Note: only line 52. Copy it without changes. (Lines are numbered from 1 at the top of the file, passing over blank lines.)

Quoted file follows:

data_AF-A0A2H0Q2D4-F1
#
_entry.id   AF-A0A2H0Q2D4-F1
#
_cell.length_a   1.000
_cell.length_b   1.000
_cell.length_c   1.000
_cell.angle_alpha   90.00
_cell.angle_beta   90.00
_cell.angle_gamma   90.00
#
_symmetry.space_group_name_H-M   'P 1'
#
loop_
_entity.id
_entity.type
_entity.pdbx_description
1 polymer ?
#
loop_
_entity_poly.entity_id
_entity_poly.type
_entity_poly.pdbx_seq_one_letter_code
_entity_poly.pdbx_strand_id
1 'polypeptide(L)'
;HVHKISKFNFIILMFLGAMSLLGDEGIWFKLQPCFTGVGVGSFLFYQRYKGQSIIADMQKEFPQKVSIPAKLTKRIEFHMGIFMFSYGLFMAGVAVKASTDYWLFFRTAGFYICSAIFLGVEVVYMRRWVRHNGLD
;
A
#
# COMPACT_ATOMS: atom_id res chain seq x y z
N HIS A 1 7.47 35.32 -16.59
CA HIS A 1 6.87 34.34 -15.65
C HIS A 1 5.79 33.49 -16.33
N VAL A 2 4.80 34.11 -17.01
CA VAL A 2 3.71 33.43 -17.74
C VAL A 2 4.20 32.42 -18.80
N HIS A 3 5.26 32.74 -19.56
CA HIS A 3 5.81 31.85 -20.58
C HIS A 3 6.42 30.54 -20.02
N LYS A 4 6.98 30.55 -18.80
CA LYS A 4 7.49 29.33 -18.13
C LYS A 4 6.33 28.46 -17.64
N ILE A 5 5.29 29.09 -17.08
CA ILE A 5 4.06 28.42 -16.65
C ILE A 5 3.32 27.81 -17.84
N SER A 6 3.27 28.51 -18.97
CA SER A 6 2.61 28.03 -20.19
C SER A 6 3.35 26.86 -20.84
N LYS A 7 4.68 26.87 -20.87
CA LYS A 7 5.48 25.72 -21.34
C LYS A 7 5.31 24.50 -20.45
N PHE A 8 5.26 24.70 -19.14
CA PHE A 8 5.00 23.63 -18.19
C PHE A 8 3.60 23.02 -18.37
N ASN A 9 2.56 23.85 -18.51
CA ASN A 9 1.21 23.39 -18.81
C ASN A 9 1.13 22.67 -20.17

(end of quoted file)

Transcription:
N PHE A 8 5.26 24.70 -19.14